Your search resulted in 6 documents.
Fungicidal combination products
1987 - IRG/WP 3426
Due to the increased pressure on some of the established fungicides used in wood preservation, possible alternative products become more interesting. The requirements for new chemicals are mainly lower toxicity and greater environmental acceptability. However the efficacy to target organisms should be as good as that of the currently used ones, preferably better. A possibility for progress in this direction could be fungicidal combination products showing broader spectrum of efficacy and synergistic effects. Mixtures of tributyltin compounds with Furmecyclox and K-HDO respectively are tested for this purpose. Toxic values with and without artificial ageing (wind-tunnel exposure and leaching) were determined. Investigations have been made with coating-formulations in order to test penetration, evaporation and the influence of UV-radiation. Aqueous formulations were tested for special purposes such as the treatment of freshly cut timber and the protection of brickwork. The results obtained are very promising, especially regarding long term durability. Further investigations mainly with the aqueous formulations including other test fungi and field trials are necessary to confirm the suggested application as wood preservatives.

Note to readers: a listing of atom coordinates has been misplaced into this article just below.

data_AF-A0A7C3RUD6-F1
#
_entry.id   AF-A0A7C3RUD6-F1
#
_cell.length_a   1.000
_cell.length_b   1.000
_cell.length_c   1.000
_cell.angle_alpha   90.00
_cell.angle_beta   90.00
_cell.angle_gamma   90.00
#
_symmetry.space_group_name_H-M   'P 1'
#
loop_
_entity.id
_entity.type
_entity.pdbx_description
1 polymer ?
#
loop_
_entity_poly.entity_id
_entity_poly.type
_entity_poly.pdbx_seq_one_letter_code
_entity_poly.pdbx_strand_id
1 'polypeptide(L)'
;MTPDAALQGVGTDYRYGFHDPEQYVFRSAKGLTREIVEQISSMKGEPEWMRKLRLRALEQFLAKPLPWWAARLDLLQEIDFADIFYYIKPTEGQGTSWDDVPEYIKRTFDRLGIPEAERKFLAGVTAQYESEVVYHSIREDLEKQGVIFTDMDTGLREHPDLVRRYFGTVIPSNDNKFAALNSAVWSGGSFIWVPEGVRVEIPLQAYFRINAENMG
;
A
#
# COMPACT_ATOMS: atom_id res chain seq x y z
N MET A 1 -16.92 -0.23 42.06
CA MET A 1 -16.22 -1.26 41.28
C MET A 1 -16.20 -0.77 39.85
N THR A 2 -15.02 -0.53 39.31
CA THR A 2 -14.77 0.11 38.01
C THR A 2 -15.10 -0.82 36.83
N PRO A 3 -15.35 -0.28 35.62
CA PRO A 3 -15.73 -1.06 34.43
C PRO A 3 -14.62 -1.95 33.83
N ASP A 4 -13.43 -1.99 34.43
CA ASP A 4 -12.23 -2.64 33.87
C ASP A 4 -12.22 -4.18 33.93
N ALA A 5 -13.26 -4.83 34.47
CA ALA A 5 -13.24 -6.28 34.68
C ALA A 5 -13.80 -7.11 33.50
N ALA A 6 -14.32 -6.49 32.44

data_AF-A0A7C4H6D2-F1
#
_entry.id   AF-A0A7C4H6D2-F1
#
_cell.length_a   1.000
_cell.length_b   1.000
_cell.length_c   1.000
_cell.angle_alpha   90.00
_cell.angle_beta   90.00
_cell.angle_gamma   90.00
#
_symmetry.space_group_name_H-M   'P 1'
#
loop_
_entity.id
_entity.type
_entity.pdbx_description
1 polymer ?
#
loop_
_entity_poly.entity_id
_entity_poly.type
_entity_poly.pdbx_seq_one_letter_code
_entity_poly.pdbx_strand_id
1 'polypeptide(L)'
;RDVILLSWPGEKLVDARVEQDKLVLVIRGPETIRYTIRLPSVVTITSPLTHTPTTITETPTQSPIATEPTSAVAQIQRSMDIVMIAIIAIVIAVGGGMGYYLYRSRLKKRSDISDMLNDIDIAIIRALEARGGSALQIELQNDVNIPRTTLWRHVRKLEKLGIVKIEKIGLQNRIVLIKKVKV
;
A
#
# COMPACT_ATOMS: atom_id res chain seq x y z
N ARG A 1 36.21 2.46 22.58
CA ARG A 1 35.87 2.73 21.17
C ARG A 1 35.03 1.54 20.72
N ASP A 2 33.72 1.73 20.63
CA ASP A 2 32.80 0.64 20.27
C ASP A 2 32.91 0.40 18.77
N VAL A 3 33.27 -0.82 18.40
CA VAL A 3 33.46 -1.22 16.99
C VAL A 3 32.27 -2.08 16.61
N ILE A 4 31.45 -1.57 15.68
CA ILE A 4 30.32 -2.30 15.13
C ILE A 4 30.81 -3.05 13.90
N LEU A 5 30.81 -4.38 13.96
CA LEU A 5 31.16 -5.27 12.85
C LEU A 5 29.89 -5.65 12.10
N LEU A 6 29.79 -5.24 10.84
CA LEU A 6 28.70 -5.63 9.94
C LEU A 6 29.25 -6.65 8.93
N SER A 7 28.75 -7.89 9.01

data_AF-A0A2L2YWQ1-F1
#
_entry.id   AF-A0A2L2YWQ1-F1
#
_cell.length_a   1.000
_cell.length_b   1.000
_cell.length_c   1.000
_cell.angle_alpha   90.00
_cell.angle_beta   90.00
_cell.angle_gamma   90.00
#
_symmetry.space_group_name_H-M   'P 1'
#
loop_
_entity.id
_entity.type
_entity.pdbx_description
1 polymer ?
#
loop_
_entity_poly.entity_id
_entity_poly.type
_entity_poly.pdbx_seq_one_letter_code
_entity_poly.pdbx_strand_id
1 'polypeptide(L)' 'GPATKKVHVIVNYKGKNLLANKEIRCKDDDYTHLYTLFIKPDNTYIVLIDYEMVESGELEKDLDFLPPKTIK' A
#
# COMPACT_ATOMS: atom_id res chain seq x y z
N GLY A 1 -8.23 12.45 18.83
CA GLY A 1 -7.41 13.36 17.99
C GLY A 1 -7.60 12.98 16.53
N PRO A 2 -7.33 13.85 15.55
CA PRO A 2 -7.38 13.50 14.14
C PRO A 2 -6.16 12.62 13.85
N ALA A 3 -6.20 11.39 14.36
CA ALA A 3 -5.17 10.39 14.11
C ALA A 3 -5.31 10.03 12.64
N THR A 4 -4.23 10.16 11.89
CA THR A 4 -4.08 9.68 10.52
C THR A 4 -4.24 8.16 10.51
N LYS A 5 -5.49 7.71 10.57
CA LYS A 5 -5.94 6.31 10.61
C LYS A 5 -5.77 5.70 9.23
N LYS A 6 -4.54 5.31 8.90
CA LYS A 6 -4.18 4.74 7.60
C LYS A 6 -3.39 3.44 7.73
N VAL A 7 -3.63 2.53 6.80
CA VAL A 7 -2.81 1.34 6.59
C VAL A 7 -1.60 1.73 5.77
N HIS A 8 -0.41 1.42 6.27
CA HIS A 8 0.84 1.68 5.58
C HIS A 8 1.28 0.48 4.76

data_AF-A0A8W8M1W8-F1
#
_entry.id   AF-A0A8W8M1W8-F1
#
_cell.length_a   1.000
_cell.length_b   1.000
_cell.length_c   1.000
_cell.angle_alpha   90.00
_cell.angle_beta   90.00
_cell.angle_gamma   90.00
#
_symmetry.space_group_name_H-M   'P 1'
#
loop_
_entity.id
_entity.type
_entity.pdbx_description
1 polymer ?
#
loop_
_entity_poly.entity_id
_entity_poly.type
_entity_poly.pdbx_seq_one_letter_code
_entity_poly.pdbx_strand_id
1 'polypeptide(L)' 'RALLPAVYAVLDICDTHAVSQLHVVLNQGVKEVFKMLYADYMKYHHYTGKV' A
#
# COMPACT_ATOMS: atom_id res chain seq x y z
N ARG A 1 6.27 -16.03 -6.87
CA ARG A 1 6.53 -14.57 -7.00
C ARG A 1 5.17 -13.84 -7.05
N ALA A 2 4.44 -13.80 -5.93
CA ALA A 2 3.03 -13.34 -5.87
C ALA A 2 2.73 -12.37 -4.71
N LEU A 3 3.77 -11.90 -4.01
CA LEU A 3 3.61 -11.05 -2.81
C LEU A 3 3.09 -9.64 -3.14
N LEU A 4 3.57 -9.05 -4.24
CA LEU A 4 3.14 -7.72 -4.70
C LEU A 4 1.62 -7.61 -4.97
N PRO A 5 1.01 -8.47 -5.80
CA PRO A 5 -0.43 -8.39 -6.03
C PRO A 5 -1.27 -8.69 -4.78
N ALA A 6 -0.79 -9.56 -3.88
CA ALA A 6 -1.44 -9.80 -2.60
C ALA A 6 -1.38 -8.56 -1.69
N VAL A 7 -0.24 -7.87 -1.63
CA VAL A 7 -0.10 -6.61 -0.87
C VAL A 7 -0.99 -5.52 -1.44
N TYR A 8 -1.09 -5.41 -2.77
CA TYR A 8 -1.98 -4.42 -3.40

H A B Landsiedel
Oxygen index levels and thermal analysis of wood treated with melamine-formaldehyde-boron combinations
1997 - IRG/WP 97-30135
Melamine formaldehyde (MF) resin was impregnated into scots pine (Pinus sylvestris L.) specimens with aqueous solutions of 5, 10 and 20% concs. Boric acid (BA) and borax (BX) was added to MF resin at the concentration levels of 0.25, 1.00 and 4.70% to each level of resin concs. BA and BX mixture was prepared at the 5:1 (w/w) ratio considering resultant pH of solutions and better fire resistance. Untreated and treated wood with all combinations were subjected to oxygen index test according to ASTM D 2863-91 and thermal analysis. Results were evaluated in terms of improvement of fire retarding performances of wood by sole or combination treatments.
M K Yalinkilic, W-Y Su, Z Demirci, E Baysal, M Takahashi, S Ishihara
Environmentally benign wood preservatives based on organic biocide antioxidant combinations: A brief review of laboratory and field exposure results and discussion of a proposed mechanism
2004 - IRG/WP 04-30335
The combination of various organic biocides with commercial antioxidants generally increased the biocides’ efficacy 2-3 fold against wood-destroying fungi in short-term laboratory decay tests, and some positive results have been obtained after 2-4 years of outdoor exposure. The two antioxidants principally examined, propyl gallate and butylated hydroxytoluene, are low cost and, since both are food additives, benign. The biocides studied have either been examined as potential wood preservatives or are used in commercial wood preservative systems. The purpose of this paper is to: 1) briefly summarize our prior laboratory decay results; 2) briefly discuss results obtained so far from outdoor exposure tests, both above-ground and ground-contact exposure; 3) discuss differences in results between laboratory decay tests and the outdoor exposure data; and 4) propose a mechanism by which antioxidants could protect wood.
T Schultz, D D Nicholas, W Henry, C Pittman, D Wipf, B Goodell